What is an Approved Used Car?

by Chris Knapman

If you visit a franchised dealership, you'll see a mixture of new and used cars for sale. In this guide, we’ll concentrate on the latter, specifically vehicles known as approved used cars.

The goal of approved used cars is to remove doubt and uncertainty from the process of buying a car – something that seems daunting to many. This makes approved used cars a good option for shoppers nervous about buying a used car, or those who just want to get on the road with less hassle. Just be aware: the peace of mind of buying an approved used car comes at a cost, so while you’ll save money compared with buying a brand new car, you’ll still find that prices are typically higher than those from a non-franchised dealer, an auction, or a private sale.

Who Offers Approved Used Cars?

All the major car manufacturers offer approved used vehicles, although the name for them can vary. Vauxhall, for example, markets its approved used cars under the Network Q name (indeed, it was the first to introduce an approved used offer back in 1990), whereas Porsche calls its scheme Approved Pre-Owned. While the names and the specific content of each programme vary, the packages are broadly similar.

What’s Included in an Approved Used Sale

Essentially, when buying approved used, you’re receiving one of the best vehicles a car dealer can find. You can expect to see adverts for low mileage, one-owner cars no more than three years old, and with a full dealer service history. The exception to this is if a car is particularly rare or special, such as a Ferrari or BMW M model, where you can sometimes find older vehicles sold as approved used.

The approval process involves meeting mileage, ownership, and age criteria, and each car is also subjected to a thorough inspection, usually advertised as a multi-point check. Any faults or glitches detected at this stage will be rectified prior to the car being advertised. A vehicle history check will confirm that the car has not been involved in any insurance claims and does not have outstanding finance owed on it, and the mileage will also be verified. It will then be prepared and valeted to the highest of standards, so in most instances it looks much like its brand new equivalent.

Once you’ve bought the car it will also be covered by a comprehensive warranty. This means that if it goes wrong within a certain time period, you can take it back to the dealership to be fixed free of charge, although we’d still advise reading the small print to see exactly what is and isn’t included. Manufacturer warranties on used cars tend to last between one and two years, but there are exceptions. Kia, for example, offers a seven-year warranty on all of its approved used cars.

Breakdown coverage and roadside assistance for one year and drive away insurance for up to seven days (giving you time to organise your own car insurance policy) are also included in the vast majority of approved used sales, plus the option to exchange the car (subject to time and mileage limits) if it fails to live up to expectations. Some schemes also include a period of MOT cover too, or a limited 'no quibble' exchange policy, allowing you to change the car if you change your mind.

Where Do Manufacturers Find Their Approved Used Stock?

Some approved used cars are simple part exchanges, where a customer has decided it’s time for a change and the dealership winds up with a lightly used car on its hands. However, the majority come from cars that were originally bought on finance options and then swapped after 18 or 24 months (the popularity of Personal Contract Purchase schemes has resulted in a steady turnover of approved used cars). In addition, some stock comes from manufacturer company car plans, in which employees are given a new car every six months or so.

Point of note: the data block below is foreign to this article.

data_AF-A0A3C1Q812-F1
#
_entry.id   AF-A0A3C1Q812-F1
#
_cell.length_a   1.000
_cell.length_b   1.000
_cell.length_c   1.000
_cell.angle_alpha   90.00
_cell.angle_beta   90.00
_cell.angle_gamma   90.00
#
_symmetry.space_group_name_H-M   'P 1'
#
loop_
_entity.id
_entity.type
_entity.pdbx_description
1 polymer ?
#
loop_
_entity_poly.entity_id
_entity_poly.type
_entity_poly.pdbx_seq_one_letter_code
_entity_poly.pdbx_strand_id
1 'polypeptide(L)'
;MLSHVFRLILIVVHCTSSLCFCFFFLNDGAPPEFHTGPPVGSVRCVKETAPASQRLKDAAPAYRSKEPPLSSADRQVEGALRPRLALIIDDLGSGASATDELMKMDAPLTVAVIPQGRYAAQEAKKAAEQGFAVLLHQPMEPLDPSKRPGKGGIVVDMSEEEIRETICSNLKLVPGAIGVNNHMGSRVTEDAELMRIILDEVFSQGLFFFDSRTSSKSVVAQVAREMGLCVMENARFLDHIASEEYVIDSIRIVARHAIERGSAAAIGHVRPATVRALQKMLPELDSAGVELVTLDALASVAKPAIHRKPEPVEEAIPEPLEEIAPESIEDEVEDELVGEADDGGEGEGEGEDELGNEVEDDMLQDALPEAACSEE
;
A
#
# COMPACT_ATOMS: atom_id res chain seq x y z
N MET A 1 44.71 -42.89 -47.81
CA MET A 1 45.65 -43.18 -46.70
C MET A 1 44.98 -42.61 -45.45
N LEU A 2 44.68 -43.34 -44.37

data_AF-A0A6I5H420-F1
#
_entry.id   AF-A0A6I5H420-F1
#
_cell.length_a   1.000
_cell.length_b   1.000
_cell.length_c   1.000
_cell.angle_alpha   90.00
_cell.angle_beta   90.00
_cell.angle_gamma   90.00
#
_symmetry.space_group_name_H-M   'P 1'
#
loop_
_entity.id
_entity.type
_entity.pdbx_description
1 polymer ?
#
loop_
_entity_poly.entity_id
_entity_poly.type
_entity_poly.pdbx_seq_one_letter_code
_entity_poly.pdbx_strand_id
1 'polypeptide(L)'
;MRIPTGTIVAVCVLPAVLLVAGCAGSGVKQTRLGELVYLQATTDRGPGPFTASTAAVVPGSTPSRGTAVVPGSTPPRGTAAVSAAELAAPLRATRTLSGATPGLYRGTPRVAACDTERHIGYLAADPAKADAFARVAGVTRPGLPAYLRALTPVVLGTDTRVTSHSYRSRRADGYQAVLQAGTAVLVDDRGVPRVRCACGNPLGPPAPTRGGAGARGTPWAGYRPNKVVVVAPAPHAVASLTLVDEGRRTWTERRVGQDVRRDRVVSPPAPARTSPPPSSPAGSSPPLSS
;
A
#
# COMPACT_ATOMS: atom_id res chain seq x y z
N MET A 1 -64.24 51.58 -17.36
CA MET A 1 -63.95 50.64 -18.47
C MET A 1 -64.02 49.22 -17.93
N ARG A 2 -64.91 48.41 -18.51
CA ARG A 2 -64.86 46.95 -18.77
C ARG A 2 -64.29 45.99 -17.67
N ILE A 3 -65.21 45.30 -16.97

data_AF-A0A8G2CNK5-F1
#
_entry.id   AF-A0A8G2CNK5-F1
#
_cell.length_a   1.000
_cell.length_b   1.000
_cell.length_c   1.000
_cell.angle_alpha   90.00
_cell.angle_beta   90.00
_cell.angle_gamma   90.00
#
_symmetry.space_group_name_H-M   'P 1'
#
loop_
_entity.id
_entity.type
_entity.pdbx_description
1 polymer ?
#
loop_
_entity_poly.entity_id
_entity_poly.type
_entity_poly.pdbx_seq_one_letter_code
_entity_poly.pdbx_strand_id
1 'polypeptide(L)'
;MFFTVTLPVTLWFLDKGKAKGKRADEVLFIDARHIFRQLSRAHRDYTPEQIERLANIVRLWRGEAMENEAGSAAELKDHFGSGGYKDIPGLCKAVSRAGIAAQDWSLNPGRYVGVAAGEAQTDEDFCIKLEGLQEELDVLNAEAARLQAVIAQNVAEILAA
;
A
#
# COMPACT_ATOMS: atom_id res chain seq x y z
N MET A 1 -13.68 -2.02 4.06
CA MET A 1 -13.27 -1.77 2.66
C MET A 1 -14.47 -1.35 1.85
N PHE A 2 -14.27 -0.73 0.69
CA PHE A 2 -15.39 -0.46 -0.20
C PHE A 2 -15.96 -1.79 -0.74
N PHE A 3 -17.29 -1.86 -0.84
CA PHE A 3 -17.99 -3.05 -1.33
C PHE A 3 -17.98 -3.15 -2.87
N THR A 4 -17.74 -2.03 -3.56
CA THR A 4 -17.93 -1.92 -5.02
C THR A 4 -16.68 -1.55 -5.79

Are All Used Cars Sold by Main Dealers Approved?

Just because a used car is sitting on a main dealership forecourt doesn’t mean it is approved used. Manufacturers reserve this status for vehicles that meet very strict criteria, but will sometimes offer other models with perhaps a higher mileage or several previous owners as non-approved stock. These will be cheaper to buy and should still be reliable, but you won’t have the reassurance of the full inspection, long warranty, or breakdown cover.

Using Finance to Buy an Approved Used Car

Just as with buying a new car, it is perfectly acceptable to pay for an approved used model using some form of finance. A dealer will be able to run through the various finance options with you, but be aware that the prices they quote are not fixed, and you can always ask for a discount.

As with any finance, it is important not to focus too much on the deposit and monthly payments, because these form only part of the picture. Instead, base your buying decision on the interest rate and total amount payable by the end of the term. Remember to consider whether another form of finance – such as a bank loan – might be cheaper, or if a more personalised, flexible finance arrangement might better suit your needs.

A Good Deal

There is no doubt that you’ll pay a premium to buy a car through an approved used scheme. You can see just how much extra you’ll be asked to pay by checking Instant Market Values when searching through the CarGurus listings; compare approved used prices with those offered elsewhere.

More expensive doesn’t necessarily equal bad value, however, and the simple fact is that these schemes wouldn’t still exist if customers didn’t like them. As a buyer, the key things to remember are how much extra you are prepared to pay for the peace of mind that comes with buying an approved used car and that there is always room to negotiate on price.

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